U. S. and Europe emission standards continue to drive the design of liquid-cooled and air-cooled charge air coolers. These standards are pushing higher thermal loads and more rigorous durability requirements for many engine and exhaust components, such as the exhaust gas recirculation (EGR) cooler and charge air cooler from Modine Manufacturing Co., Racine, Wis. For nearly 90 years, Modine has been a world wide innovator and leader in thermal management, serving such organizations as BMW, Caterpillar, John Deere, Paccar, Fiat, DaimlerChrysler, Volkswagen, Hyundai, International Truck & Engine, and Man Diesel. Its products are used in light, medium and heavy-duty vehicles, HVAC equipment, industrial equipment, refrigeration systems, fuel cells, and electronics.
This model shows an Engine Gas
Recirculation Cooler designed by Tom Reiss at Modine’s Racine,
Wisconsin engineering facility using Pro/ENGINEER.
The exhaust gas recirculation cooler transfers heat from the engine exhaust to the same coolant loop that serves the radiator and the charge air cooler in a truck or automobile. As heat is extracted from the engine exhaust, the coolant loop temperature increases, making it harder to cool the engine and the intake air. A hotter engine produces more NOx, a targeted pollutant in current emission laws. Hot engines can also be a reliability concern.
Engineers at Modine felt they needed to optimize the flow field and pressure drop in these components to meet the new specifications. Bringing this about, however, would require more testing and additional design iterations. With the surge in demand for engine components that meet the new emission standards, it was clear that Modine needed to conduct a greater number of concurrent engineering projects without increasing the number of employees or adding to physical test facility capital investment. The need to leverage the virtual environment was clear.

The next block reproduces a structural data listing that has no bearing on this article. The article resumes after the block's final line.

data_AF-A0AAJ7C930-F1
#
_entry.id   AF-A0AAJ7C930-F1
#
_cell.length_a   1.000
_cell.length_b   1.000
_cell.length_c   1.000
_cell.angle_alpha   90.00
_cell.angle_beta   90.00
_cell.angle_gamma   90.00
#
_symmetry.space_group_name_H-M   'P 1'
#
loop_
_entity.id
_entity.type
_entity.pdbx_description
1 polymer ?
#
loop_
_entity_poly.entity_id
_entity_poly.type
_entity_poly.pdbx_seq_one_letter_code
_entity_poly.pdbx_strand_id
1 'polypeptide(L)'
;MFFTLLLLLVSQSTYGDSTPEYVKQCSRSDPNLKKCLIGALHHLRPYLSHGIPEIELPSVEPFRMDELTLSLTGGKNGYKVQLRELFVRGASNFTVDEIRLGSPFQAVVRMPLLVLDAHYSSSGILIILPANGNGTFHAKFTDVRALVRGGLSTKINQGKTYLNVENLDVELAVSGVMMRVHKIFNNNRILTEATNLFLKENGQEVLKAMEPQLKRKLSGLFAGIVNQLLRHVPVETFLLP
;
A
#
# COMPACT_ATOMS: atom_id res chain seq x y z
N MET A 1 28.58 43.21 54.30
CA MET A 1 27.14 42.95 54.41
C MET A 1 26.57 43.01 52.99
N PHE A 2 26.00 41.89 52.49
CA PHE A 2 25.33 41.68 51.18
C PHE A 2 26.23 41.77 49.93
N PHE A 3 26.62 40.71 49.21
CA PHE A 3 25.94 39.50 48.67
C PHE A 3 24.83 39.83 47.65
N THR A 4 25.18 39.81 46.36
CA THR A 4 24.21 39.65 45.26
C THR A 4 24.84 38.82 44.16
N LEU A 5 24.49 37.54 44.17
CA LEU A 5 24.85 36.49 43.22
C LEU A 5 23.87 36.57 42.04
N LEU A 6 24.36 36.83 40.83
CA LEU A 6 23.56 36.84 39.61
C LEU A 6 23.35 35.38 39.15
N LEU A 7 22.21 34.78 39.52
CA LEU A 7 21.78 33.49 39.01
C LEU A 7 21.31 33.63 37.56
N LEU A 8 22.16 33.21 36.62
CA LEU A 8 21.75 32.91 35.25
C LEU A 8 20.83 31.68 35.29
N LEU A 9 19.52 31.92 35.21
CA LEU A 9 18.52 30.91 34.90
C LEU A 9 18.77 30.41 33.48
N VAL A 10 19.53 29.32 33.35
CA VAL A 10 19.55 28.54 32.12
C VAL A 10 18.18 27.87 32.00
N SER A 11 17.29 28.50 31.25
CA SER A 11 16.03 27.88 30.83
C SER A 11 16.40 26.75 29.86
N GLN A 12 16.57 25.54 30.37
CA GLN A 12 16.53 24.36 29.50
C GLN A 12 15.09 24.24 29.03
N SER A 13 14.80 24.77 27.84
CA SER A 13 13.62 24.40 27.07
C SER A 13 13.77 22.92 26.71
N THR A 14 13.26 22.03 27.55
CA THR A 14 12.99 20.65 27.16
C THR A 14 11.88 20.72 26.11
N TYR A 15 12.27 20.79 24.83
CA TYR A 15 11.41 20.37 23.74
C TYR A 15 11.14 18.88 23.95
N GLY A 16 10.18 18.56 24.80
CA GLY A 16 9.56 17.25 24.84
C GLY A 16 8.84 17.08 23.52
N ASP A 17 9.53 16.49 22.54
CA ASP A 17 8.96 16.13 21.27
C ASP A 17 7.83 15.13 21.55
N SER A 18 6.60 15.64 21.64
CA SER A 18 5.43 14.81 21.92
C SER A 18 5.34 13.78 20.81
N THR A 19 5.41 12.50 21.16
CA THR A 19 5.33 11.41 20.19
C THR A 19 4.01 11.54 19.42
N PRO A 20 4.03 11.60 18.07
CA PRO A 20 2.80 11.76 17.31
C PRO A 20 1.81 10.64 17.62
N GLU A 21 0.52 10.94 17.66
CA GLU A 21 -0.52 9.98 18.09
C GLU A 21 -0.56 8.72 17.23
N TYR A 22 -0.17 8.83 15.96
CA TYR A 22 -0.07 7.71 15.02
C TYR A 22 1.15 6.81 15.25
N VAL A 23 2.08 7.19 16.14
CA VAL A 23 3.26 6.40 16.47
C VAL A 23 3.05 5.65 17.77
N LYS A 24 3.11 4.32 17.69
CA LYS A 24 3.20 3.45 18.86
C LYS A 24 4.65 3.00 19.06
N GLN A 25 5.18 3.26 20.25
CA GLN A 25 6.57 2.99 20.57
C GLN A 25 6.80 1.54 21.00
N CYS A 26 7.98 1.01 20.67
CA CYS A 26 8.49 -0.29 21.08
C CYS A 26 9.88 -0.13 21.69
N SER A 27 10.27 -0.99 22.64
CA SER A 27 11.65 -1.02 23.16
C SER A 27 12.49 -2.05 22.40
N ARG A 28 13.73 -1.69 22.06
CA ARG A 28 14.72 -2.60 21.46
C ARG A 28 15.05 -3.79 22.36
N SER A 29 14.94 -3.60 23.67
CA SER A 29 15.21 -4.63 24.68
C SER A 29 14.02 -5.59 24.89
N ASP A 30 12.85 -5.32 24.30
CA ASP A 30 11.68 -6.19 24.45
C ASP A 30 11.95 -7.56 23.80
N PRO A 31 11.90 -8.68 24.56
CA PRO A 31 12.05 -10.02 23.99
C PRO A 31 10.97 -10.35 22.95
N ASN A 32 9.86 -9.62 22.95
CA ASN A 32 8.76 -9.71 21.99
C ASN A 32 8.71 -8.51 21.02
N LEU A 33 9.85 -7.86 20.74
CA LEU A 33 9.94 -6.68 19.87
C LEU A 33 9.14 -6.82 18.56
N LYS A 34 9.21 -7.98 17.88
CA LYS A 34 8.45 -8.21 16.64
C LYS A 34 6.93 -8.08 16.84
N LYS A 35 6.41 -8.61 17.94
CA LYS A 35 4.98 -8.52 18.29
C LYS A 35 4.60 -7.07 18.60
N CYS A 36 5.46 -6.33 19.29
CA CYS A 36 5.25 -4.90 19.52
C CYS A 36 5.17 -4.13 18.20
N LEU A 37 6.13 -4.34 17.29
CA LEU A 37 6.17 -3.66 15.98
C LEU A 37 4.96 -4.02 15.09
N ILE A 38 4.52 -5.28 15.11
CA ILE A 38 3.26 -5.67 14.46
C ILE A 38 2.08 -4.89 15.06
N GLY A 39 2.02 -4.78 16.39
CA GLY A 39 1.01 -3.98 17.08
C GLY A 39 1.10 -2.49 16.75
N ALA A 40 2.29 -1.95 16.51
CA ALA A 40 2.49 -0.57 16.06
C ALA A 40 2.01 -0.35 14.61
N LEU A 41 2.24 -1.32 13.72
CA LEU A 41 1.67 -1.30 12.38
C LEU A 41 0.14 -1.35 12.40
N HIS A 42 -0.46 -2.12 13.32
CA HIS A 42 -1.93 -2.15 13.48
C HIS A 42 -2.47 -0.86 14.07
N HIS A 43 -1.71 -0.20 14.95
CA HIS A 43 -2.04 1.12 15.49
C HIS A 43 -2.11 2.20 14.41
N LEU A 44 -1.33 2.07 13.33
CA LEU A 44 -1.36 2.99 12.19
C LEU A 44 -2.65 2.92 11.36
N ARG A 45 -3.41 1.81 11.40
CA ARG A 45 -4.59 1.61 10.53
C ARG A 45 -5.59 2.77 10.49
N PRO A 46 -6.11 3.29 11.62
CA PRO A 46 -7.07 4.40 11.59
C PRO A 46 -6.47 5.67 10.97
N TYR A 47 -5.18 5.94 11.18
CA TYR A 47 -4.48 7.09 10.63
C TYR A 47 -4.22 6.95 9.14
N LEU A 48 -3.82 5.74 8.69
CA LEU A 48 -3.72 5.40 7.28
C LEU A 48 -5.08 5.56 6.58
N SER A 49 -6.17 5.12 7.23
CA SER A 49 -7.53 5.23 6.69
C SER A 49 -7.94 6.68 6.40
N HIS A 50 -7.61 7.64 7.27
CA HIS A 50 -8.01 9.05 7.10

Improving the durability of a liquid-cooled charge air cooler required redesign, which mandated multiple tests to confidently deliver the new product. Modine’s management believed that improved communication between product development engineers and analysis engineers would speed the overall design process. They also felt it was important for the final design to have more input from the analysis engineers. To bridge this communications gap, they restructured the development process and brought in custom analysis tools that would enable more virtual analyses without increasing staff.
Creating the virtual technology hub
To deliver the best products to customers, management made several significant changes within the organization. For one, they opted to insource to meet these new challenges.
Modine has used outsourcing, but it offers little benefit when a project requires multiple design iterations and a tight schedule. Engineers need easy access to each other to avoid excessive delays. Insourcing can be faster and less expensive and is well suited to results- driven, large, quick-turn-around projects. With the right foundation of a talented staff, tools, and efficient processes, the focus is on the project itself.
Another area of focus to streamline internal processes was to substitute simulation for physical prototyping. Prototype design and fabrication often took one to two months, followed by an extensive wait in a queue until the prototype could be experimentally tested.